And then the densely-clustered forest gives way to open ground that slopes all the way down to the bay, and I stop in my tracks, raising my face as the salt breeze picks up my hair and tosses it. Below us, the shoreline is dotted with rickety wooden jetties where small yachts and dinghies sway against their tethers. The moon is so low and bright it outshines the stars and unfurls a golden carpet across the open water. The only sounds I can hear are the soft sighing of the wind through the trees behind us and the slap of small waves against the shore.
I follow the kid down to the boathouse, a small, paint-peeling weatherboard shack that sits to one side of the nearest jetty.
“In here,” he says.
I follow him in, ducking through the low doorway. Inside it’s larger than I’d expected. There’s a pristine four-man yacht tethered to a wooden post, its sails tucked down under a tarpaulin, a couple of canoes and a small dinghy. A rough timber walkway, just wide enough for a single person, hugs the inside edge of the boathouse.
“Watch your step,” he warns, pointing to a tangle of fishing net heaped on the walkway. He waves an arm at the dinghy. “That one’s mine. Well, my sisters’ too, but they don’t use it anymore.”
“It’s nice.” I turn to look at the yacht. My family goes sailing every year or so at our lakeside cabin, but our yacht is nowhere near as flashy as this one.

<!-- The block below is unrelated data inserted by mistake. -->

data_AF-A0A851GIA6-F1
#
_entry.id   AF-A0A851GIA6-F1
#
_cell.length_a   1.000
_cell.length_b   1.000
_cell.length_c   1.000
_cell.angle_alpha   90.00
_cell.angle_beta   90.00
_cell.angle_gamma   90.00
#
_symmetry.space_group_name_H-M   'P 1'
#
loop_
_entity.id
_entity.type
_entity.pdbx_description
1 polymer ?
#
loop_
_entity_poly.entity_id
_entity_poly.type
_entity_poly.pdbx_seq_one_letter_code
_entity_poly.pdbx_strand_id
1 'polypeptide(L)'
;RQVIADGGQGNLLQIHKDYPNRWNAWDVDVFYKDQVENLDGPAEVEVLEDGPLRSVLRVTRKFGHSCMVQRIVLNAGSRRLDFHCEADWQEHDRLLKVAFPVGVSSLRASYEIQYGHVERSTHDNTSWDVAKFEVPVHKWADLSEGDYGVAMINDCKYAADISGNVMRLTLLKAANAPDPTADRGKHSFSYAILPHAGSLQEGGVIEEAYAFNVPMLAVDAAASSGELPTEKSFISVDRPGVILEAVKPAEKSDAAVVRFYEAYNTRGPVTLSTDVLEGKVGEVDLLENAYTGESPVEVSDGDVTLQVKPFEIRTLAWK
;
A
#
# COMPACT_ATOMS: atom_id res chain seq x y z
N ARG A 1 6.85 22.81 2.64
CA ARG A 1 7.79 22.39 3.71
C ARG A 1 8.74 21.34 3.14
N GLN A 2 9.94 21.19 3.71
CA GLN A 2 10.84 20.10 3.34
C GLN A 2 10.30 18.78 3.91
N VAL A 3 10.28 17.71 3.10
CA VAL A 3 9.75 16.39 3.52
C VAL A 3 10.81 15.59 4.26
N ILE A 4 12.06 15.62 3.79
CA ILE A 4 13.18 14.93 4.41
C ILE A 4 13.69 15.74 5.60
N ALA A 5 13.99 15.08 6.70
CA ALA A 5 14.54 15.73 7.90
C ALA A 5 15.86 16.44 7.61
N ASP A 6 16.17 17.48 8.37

“My dad’s pride and joy,” he says without inflection, following my gaze.
Instinct warns me not to praise it, so I shrug disinterestedly. “Want to go sit on the jetty?”
I glance at him in the murky light and something in his eyes tells me I’ve passed some kind of test. I don’t know why, but it makes me smile.
“This way,” he says. He rummages in a small cabinet and holds up a couple of snack bars, then leads me out of the boathouse and onto the jetty. We sit on the edge, our feet dangling over the water. He passes me a snack bar and we munch in companionable silence for a while.
“So how come you didn’t want to be here tonight?” he asks eventually.
I shrug, some of my earlier mood settling on me again. “I had other plans. My parents kind of forced me to come.” I lean back on my elbows. “I start at the Academy in a couple of months and they said I’d meet people tonight who’ll be important for my Starfleet career.”
“Like my dad?”
“I guess so, yeah.”
“Did you talk to him?”